Ian post 18, longer maturity debt is better for the simple reason that the money is tied up for longer and your creditors cannot either renegotiate the interest rates you pay or demand repayment of the debt in full for a longer period of time.

    Imagine government debt was like an outstanding balance on a credit card. Governments generally don't pay off all their debt they mostly roll it over and issue new debt to pay off old debt. If a government is running a surplus it can either repay or buy in the open market its outstanding debt or some of it and thus reduce its outstanding debts.

    The Tony Blair government did some of this in the early part of its reign in power. Paying off the debt reduced the governments interest repayments and hence allowed for increased government spending.

    Sorry for the digression but imagine our government debt is a credit card equivalent of a reduced rate balance transfer the shorter the interest free or reduced rate period (in our analogy the shorter the date to maturity of the governent debt) the more often you have to find a new deal or pay punitive interest rates. This is what so called credit card "tarts" do as they don't repay their debt merely roll it over via another card at an introductory low rate. This only works if you can find another card issuer to offer you a new deal or one of your other card companies offers you a new deal.

    Because the UK debt is relatively long term in its maturity we can be certain of exactly what interest rates we will be paying on our debts for the foreseeable future. With this in mind we know how much money we have to spend on other things.

    Spain and Greece, in particular, have a lot of short term debt and that means that they have to renegotiate much more of their debt in the near future. At every rollover point the interest rate of the debt is fixed for the term of the debt. If there is a shortage of short term debt then generally the interest rates go up or the less financially sound get excluded from the market. Greece has found that it cannot get the equivalent of a new credit card at a reduced rate so has to either pay higher interest rates on its debt or look to renegotiate its debt.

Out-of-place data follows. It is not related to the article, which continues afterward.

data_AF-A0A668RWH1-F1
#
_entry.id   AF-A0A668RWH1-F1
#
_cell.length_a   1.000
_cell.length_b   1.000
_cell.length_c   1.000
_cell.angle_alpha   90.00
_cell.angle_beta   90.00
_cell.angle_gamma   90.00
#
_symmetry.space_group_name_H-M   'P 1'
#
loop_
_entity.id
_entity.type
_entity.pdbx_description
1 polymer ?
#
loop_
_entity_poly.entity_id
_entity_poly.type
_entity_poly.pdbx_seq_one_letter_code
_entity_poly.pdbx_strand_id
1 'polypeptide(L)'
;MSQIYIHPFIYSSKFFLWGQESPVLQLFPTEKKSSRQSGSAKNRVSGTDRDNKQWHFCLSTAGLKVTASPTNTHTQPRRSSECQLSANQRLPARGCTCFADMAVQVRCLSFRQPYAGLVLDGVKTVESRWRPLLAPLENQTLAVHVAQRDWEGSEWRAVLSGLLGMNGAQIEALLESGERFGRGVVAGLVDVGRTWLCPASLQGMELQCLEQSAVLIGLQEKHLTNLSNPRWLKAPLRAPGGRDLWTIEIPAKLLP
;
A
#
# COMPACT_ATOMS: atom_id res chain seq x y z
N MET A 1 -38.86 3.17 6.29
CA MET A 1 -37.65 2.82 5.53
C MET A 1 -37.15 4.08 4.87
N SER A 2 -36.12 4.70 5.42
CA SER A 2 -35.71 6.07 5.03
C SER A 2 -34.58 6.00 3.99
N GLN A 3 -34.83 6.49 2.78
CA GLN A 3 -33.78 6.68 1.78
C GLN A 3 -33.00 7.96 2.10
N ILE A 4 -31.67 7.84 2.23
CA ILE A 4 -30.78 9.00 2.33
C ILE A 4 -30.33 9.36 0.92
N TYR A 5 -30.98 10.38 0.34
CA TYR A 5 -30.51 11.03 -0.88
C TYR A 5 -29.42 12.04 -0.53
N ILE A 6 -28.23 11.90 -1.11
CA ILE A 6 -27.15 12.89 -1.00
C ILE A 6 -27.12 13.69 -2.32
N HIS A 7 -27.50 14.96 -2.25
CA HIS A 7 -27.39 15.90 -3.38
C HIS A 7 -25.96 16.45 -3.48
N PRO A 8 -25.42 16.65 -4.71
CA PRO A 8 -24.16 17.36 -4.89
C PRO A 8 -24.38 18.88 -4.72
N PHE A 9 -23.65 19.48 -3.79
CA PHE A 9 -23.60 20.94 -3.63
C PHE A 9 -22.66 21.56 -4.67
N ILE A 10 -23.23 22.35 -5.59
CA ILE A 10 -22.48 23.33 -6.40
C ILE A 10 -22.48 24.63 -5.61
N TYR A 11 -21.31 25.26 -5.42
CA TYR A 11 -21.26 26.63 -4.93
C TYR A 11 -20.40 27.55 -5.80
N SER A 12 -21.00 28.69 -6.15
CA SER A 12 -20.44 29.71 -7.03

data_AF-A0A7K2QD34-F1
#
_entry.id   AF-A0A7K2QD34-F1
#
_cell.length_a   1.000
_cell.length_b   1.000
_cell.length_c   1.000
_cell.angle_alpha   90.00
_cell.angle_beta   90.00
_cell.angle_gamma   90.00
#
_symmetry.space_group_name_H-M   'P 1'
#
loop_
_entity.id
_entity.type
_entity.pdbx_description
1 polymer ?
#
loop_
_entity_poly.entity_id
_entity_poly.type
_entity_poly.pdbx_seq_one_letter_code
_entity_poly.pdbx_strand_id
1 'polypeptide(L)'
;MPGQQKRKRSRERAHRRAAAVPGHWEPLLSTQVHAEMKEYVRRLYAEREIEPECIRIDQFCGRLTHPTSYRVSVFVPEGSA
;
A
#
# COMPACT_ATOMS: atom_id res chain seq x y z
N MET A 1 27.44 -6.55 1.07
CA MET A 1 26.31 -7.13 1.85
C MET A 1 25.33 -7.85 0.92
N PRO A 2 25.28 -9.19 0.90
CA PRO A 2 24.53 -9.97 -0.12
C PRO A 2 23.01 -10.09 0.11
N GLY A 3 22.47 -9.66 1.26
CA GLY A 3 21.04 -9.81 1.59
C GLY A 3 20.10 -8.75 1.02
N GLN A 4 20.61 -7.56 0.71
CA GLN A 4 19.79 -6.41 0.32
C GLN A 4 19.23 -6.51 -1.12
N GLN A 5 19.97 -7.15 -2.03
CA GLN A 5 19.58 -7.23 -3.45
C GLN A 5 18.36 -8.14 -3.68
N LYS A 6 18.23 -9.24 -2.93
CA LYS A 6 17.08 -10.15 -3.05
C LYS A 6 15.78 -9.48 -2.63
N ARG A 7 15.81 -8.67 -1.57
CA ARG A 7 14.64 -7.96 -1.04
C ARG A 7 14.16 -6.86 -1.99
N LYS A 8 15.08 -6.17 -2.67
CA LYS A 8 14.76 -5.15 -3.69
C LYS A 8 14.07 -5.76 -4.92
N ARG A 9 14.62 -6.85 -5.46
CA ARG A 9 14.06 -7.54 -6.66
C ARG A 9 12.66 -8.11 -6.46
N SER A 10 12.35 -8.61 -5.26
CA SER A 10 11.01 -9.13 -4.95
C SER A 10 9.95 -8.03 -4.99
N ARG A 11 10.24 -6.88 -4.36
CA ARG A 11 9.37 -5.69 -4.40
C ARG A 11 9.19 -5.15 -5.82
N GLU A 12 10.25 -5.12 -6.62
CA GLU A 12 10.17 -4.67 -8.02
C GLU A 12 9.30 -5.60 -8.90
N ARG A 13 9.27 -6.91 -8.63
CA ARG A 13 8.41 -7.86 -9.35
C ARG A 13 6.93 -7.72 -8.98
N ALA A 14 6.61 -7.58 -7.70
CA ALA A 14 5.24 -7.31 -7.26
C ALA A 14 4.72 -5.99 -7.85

This is currently what is happening to both Greece and a large number of Southern European banks at the moment. With much more debt up for renegotiation you are more exposed to the vaguaries of the international markets either to their being a lack of available credit, as happened to Lehman Brothers, RBS and Northern Rock or that credit which is available is only available at punitive terms.

    The nightmare scenario for any debtor is that there is a complete or virtually complete freezing of the debt market as happened over AIG and the CDS crisis. It is happening now as many Euro zone banks are having to borrow from the ECB to roll over debts because they either cannot get credit or the rates offered are punitive.

  • Comment number 25.

    It's a Eurozone stress test. Sorry to sound facetious but they wouldn't be stupid enough to test if they were likely to fail? But even if they did manage to foul it up, being Europe, they will just test again until the test is passed, (and then the Bureaucrats can announce once more why the Eurozone experiment is so marvellous.)

    With all of this, "pulling the wool over," going on I could almost laugh and scream at the same time. But that would make ME seem like the looney, (then of course I could be, I suppose?)

    Apparently there's a rationale in all of this? Basel 11 makes an appearance (discredited,) Spanish Sovereign debt roughly on a par with UK Sovereign debt, solely on the basis of GDP ratio's? Which on that basis is only marginally superior to German, no sorry Greek debt?? (Hang on that can't be right.)And all of this to keep the French happy, because their banks don't have "much in the way of equity in relation to their assets." So the French have lent against thin air?

    If I didn't know better I'd comment that this looked like some sort of botched Tommy Cooper stunt. If they pass, will it be "just like that," as well? I'm sorry they're all bonkers!